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Sturmgeschütz III.

The Sturmgeschütz III (StuG III) was one of vehicles produced by Germany during WWII. It was based on Panzer III's chassis. Designed as an infantry support tank, it increasingly took on the role of tank destroyer due to its low profile and good cannon. As the most produced tank by Germany during World War II (10,500 units), it thus took on the role of conventional tank warfare. The Sturmgeschütz is also known for its good price to profit ratio. The StuG was manned by four crew members. It was operated by Germany, Italy, Finland, Spain and Syria. These three latter countries retained their StuG IIIs far beyond 1945, being used for example in the Six Day War (1967) by Syria.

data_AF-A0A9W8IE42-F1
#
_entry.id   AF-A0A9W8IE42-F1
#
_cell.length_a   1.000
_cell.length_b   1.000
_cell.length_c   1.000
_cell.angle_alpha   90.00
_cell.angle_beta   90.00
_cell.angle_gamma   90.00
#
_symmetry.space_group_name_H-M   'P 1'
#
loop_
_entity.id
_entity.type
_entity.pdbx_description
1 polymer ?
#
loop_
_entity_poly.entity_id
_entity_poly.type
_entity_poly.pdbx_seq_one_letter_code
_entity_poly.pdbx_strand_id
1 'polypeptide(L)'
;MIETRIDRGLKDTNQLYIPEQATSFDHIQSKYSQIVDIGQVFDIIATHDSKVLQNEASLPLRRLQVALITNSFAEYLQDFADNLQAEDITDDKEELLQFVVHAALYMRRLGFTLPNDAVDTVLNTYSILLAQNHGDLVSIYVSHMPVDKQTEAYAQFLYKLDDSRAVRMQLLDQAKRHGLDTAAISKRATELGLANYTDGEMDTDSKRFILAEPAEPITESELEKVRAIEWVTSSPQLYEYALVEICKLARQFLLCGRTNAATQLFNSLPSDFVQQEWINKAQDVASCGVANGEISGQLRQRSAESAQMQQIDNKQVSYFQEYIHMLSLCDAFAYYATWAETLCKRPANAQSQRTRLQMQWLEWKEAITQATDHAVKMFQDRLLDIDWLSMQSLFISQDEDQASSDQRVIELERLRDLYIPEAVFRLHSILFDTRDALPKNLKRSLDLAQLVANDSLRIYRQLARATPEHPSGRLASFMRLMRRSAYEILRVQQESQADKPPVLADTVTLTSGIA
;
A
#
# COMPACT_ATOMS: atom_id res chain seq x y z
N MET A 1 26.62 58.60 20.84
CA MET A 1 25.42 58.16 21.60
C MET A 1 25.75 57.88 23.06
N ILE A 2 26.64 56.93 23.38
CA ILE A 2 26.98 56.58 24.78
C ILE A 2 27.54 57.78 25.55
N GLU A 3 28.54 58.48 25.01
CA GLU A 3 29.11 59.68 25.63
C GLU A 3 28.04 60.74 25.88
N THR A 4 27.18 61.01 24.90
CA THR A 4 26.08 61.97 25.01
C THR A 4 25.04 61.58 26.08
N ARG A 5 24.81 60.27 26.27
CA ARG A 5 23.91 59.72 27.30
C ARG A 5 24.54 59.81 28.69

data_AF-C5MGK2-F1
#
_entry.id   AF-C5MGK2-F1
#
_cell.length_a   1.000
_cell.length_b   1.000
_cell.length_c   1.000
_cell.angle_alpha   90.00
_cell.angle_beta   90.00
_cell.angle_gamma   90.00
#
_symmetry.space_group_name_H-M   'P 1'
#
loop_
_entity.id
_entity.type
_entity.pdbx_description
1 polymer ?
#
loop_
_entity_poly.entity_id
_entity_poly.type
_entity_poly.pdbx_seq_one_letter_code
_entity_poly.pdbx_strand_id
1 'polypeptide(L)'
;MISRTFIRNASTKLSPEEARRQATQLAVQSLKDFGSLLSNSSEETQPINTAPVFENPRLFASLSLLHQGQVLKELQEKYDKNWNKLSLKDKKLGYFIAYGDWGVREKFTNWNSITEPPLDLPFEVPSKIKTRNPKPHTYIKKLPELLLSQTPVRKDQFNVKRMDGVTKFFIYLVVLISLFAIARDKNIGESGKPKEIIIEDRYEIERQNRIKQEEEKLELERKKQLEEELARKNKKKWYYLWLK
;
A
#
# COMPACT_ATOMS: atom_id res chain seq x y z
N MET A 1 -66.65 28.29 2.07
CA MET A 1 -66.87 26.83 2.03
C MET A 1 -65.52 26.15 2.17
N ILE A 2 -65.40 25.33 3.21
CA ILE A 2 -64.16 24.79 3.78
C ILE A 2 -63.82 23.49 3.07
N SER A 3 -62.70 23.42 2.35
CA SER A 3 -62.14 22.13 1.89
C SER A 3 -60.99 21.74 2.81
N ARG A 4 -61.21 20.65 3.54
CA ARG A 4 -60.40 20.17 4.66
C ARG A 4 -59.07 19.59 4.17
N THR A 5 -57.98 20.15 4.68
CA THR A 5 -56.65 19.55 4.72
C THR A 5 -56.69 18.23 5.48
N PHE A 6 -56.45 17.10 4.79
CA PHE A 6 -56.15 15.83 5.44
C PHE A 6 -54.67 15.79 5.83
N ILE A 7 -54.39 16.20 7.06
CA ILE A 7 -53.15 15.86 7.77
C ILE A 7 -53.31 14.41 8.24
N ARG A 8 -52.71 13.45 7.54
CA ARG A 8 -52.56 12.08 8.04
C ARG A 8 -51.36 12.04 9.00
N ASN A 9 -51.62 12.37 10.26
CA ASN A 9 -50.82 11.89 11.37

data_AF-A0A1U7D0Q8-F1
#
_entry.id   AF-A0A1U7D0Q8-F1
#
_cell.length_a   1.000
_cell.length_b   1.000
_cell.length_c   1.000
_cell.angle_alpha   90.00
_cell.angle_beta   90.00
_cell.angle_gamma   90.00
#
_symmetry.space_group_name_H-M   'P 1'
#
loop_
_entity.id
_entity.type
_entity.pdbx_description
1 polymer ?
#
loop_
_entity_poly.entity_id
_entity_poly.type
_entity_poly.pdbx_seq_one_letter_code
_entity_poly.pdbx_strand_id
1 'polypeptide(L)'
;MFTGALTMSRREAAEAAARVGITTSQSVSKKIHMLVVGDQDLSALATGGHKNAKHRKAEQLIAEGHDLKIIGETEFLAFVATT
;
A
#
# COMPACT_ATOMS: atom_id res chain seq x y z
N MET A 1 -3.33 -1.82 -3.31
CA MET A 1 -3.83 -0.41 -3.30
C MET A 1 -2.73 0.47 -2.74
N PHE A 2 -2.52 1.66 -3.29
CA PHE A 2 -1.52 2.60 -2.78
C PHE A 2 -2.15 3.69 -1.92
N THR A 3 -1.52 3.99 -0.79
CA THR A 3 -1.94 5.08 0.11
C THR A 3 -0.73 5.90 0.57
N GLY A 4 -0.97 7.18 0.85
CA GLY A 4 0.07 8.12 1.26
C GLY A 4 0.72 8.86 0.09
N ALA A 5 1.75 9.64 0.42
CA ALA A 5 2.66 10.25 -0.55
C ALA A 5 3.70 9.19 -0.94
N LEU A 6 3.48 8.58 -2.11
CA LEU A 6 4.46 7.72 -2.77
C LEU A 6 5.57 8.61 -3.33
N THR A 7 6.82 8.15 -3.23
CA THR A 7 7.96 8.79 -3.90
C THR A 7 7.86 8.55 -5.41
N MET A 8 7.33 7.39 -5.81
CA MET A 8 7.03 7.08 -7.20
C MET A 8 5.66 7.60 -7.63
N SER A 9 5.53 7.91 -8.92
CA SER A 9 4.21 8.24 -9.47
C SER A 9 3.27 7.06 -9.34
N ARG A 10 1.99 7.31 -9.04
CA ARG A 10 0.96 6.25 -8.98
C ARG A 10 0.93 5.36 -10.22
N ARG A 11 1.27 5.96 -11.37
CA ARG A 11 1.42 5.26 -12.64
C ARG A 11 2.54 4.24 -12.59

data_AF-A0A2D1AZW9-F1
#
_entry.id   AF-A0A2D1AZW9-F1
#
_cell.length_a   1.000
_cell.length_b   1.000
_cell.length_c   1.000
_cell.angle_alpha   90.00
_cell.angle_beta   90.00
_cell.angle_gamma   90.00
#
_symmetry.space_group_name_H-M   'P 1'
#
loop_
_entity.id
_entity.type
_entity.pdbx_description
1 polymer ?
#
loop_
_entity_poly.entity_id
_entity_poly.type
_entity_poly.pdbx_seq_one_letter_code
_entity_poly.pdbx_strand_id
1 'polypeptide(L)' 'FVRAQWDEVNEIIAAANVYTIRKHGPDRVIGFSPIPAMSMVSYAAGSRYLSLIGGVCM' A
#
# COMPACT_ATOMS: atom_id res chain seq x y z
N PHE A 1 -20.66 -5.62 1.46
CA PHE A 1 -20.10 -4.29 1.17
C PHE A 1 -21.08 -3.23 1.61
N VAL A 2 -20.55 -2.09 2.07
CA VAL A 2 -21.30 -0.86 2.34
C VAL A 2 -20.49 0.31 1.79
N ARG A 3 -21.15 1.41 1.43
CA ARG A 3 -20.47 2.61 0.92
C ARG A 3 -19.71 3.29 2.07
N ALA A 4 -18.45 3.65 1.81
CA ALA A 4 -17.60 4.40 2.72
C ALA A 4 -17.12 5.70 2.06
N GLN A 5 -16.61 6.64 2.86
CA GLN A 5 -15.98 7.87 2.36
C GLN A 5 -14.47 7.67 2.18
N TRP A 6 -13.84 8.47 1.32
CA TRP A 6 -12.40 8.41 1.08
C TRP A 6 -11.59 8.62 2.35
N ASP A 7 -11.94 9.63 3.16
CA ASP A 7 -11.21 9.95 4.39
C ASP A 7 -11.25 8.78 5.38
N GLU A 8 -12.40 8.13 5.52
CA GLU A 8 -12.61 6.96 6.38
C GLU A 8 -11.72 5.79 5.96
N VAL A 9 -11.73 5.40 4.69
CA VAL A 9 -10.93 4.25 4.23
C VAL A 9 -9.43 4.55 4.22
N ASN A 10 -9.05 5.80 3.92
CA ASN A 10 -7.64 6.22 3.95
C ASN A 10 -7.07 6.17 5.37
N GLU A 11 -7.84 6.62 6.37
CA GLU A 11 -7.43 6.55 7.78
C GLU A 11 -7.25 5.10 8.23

• Nazi Germany
  • Kingdom of Romania
  • Kingdom of Bulgaria
  • Finland
  • Kingdom of Hungary
  • Kingdom of Italy
  • Norway - Surrendered German equipment was used from 1947 to 1951
  • Spanish State (In 1943, received 10 units and used until 1954)
  • Sweden - one StuG IIID received from Norway in 1947, used for trials and testing of anti-tank mines, one StuG IIIG used for spare parts
  • Syria
  • Turkey
  • Soviet Union (for testing and modifications)
  • SFR Yugoslavia


Variants of the StuG include:

  • StuG IV: Externally similar to the StuG III, this was built on the chassis of a PzKpfW. IV
  • StuK III: The Sturmkanone III was built as a mobile howitzer, and thus had a larger 105mm cannon used for indirect fire support.


  • Length: 6.85m

    Finnish Stug III Ausf. G (early) in service, 1943.

  • Height: 2.16m
  • Weight: 23.9 tons
  • Speed (road): 40 km/h
  • Speed (cross-country): 25 km/h
  • Range: 155 km

See also

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